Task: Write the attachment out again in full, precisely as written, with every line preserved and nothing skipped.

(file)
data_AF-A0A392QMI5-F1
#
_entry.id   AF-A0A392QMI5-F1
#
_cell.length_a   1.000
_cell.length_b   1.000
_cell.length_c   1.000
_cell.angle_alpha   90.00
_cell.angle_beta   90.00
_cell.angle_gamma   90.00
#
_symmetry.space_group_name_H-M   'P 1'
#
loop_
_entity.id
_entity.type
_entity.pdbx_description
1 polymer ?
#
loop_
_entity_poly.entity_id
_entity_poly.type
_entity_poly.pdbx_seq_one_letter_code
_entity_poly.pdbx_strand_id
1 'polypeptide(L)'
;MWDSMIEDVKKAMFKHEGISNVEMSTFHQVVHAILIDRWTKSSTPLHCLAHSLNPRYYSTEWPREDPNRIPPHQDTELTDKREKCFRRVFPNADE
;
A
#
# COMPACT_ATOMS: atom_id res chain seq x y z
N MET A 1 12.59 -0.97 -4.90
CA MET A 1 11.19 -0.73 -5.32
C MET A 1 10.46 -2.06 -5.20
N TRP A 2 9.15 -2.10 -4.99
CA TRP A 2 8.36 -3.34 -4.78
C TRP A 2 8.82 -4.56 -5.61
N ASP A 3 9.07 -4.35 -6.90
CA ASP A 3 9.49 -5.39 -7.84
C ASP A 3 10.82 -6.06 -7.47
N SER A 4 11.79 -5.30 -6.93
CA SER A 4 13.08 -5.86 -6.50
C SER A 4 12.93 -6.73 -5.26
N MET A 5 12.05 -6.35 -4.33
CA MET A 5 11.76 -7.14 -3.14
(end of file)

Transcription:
data_AF-A0A392QMI5-F1
#
_entry.id   AF-A0A392QMI5-F1
#
_cell.length_a   1.000
_cell.length_b   1.000
_cell.length_c   1.000
_cell.angle_alpha   90.00
_cell.angle_beta   90.00
_cell.angle_gamma   90.00
#
_symmetry.space_group_name_H-M   'P 1'
#
loop_
_entity.id
_entity.type
_entity.pdbx_description
1 polymer ?
#
loop_
_entity_poly.entity_id
_entity_poly.type
_entity_poly.pdbx_seq_one_letter_code
_entity_poly.pdbx_strand_id
1 'polypeptide(L)'
;MWDSMIEDVKKAMFKHEGISNVEMSTFHQVVHAILIDRWTKSSTPLHCLAHSLNPRYYSTEWPREDPNRIPPHQDTELTDKREKCFRRVFPNADE
;
A
#
# COMPACT_ATOMS: atom_id res chain seq x y z
N MET A 1 12.59 -0.97 -4.90
CA MET A 1 11.19 -0.73 -5.32
C MET A 1 10.46 -2.06 -5.20
N TRP A 2 9.15 -2.10 -4.99
CA TRP A 2 8.36 -3.34 -4.78
C TRP A 2 8.82 -4.56 -5.61
N ASP A 3 9.07 -4.35 -6.90
CA ASP A 3 9.49 -5.39 -7.84
C ASP A 3 10.82 -6.06 -7.47
N SER A 4 11.79 -5.30 -6.93
CA SER A 4 13.08 -5.86 -6.50
C SER A 4 12.93 -6.73 -5.26
N MET A 5 12.05 -6.35 -4.33
CA MET A 5 11.76 -7.14 -3.14